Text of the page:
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A Religious History of the American People

4.08  ·  Rating details ·  142 Ratings  ·  21 Reviews
This classic work, winner of the 1973 National Book Award in Philosophy and Religion and Christian Century’s choice as the Religious Book of the Decade (1979), is now issued with a new chapter by noted religious historian David Hall, who carries the story of American religious history forward to the present day.
Paperback, Second Edition, 1216 pages
Published July 11th 2004 by Yale University Press (first published 1972)
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(showing 1-30)
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Erik Graff
Dec 18, 2009 rated it it was amazing  ·  review of another edition
Recommends it for: students of American religious history
Recommended to Erik by: David Lotz
Shelves: religion
I picked this up at the excellant Union Theological Seminary bookstore while still studying there, inspired by the sequence of Church History courses required for the M.Div., courses which did not include the course on American Church History. Ahlstrom's was the text for that class.

Over a decade later I finally get down to reading the thing and regret not having done so earlier. Ahlstrom's review is fascinating, particularly to someone who knows their North American history pretty well, but has
Jul 29, 2008 rated it liked it
Anthroposophists? Check. Encyclicals from the Pope? Double check. The church and 1900s-era immigration? Step right up.

Unfortunately I read only the 1975 edition of Volume Two, but fortunately I still found it to be engaging and relevant. In this comprehensive study, Ahlstrom (mostly chronologically) covers the development of American religious life from the Transcendentalism of Emerson to the social overhaul of the 1960s. While he occasionally gets bogged down detailing denominational shifts and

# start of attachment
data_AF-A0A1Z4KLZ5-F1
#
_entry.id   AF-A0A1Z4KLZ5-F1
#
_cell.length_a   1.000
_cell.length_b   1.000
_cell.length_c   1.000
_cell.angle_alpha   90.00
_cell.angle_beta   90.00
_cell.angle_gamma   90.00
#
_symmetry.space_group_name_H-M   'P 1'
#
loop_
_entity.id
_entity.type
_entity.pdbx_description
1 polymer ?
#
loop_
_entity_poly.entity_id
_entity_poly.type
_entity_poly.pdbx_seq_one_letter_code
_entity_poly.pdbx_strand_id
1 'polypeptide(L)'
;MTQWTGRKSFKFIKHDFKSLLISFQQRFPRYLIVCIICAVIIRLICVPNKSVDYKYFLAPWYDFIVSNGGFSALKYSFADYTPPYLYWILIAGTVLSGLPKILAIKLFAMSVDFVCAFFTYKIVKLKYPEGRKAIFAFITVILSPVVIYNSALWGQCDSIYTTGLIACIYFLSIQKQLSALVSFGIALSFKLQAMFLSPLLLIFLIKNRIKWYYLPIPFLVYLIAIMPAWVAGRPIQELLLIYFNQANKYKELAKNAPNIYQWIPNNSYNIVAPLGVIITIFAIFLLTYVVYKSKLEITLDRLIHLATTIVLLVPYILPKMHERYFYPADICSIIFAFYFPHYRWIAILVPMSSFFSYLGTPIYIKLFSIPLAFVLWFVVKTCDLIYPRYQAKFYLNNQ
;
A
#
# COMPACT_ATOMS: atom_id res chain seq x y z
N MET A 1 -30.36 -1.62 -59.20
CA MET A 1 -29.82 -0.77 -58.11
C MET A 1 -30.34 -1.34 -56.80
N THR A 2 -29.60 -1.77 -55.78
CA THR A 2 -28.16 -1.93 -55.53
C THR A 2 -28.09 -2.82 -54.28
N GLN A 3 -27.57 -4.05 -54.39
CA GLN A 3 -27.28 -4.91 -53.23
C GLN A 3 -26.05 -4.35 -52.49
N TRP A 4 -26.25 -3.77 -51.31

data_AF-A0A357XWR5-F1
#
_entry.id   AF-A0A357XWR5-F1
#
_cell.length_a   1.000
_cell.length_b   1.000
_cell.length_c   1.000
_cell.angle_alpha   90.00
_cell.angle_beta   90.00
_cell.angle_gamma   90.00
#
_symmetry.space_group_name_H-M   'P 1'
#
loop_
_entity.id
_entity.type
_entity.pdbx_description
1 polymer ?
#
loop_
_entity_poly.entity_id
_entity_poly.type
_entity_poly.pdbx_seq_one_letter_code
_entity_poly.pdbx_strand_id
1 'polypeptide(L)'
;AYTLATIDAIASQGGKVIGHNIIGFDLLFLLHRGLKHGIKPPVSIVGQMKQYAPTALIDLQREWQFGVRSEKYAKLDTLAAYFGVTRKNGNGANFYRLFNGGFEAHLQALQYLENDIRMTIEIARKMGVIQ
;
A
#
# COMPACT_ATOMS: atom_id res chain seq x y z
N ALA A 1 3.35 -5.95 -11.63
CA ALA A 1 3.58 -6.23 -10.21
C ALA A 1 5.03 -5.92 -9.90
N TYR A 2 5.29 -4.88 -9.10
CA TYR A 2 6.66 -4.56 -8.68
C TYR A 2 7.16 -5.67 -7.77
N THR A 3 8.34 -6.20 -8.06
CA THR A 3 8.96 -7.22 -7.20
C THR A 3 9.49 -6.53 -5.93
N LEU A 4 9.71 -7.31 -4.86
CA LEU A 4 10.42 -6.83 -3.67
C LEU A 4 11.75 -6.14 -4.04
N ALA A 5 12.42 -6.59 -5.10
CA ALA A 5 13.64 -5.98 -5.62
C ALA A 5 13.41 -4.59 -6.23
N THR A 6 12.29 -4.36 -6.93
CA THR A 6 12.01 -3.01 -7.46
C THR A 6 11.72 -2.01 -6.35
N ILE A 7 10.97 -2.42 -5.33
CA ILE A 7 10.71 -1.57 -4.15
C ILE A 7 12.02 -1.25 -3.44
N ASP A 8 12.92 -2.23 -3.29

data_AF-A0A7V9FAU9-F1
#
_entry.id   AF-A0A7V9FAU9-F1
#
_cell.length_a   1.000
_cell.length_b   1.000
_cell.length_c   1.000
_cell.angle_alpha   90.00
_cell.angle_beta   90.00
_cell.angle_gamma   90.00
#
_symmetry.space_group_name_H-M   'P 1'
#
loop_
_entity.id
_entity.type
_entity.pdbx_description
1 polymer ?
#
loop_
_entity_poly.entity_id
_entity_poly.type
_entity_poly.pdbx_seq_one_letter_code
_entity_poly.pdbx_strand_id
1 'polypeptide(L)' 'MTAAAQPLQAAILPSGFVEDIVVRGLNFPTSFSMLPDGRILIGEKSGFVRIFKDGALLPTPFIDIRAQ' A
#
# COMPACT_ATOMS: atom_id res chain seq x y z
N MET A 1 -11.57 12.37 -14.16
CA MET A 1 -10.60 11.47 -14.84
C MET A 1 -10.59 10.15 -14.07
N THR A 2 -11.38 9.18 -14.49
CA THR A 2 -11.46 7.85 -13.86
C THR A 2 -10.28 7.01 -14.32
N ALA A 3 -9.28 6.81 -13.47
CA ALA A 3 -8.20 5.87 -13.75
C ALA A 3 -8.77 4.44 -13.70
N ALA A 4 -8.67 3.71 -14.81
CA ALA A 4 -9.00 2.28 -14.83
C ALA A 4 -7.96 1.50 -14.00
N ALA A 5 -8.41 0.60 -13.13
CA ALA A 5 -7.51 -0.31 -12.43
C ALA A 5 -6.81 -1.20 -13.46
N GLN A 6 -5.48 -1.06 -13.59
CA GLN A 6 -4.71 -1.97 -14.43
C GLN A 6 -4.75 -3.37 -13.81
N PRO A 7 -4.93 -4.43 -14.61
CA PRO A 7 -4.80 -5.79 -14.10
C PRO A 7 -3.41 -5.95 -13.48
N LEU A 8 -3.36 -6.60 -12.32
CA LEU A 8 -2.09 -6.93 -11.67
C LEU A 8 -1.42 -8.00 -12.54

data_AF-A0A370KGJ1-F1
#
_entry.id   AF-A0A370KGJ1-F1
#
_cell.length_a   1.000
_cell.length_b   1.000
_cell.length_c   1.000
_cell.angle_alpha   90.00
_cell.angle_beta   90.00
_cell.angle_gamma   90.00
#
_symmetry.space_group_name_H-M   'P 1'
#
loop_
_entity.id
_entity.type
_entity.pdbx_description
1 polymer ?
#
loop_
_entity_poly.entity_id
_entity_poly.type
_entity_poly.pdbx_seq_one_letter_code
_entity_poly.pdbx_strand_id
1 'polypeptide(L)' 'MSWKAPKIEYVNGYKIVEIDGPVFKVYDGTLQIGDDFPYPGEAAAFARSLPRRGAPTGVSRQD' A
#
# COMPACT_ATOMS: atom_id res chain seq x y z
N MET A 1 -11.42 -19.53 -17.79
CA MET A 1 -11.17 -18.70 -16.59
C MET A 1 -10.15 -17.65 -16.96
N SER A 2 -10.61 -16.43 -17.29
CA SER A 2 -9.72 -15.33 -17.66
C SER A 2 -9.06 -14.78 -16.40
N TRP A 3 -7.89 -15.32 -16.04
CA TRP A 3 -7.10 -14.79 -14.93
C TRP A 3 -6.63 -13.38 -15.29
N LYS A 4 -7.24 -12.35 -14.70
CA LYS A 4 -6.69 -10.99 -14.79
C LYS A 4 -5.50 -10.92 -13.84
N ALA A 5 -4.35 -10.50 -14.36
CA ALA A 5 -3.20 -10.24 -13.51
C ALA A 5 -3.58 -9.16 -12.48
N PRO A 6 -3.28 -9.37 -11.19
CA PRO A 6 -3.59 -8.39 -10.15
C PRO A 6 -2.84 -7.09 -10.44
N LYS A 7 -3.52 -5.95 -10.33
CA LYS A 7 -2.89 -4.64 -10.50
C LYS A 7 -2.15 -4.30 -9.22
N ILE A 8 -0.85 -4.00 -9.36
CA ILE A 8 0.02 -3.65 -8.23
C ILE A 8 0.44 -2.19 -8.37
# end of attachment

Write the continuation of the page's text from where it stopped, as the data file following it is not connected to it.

Nov 24, 2007 rated it really liked it
Shelves: religion
Mistitled, as it basically addresses only JudeoChristian (emphasis on Christian) faith. Still, great, balanced reference for Christian US History.
Jan 19, 2008 rated it it was amazing
The gold standard for works of its kind, but a Yale historian. Even 30-odd years later, it makes its successors (Gaustaud and Noll's wonderful texts) seem superfluous. Massive in size and scope, it deals with social, political and intellectual issues masterfully. Very clear and accessible, while creative and brilliant.
Apr 17, 2007 rated it really liked it
Recommends it for: religion nerds
Shelves: religion
A Religious History of the American People will probably be on my "currently reading" list for about a million years. That's how big and heavy and long this book is. It's a classic, though, so if you're interested in American religious history (I am), then you should read it.
Aug 18, 2010 rated it liked it
Shelves: for-school
Yes, it's a classic, but I found it a bit dull, for all of that. That may have a lot to do with having speed-read this for comprehensive exams.
Michael McCue
Aug 08, 2017 rated it it was amazing  ·  review of another edition
Very good, extremely complete history covering every denomination, sect, cult and movement in two vol. Read it while a student at the Church Divinity School of the Pacific in Berkeley CA. My advisor, Dr. Samuel Garrett recommended it.
Eric Lazarian
Jul 18, 2012 rated it it was amazing
From my 2008 Amazon Review: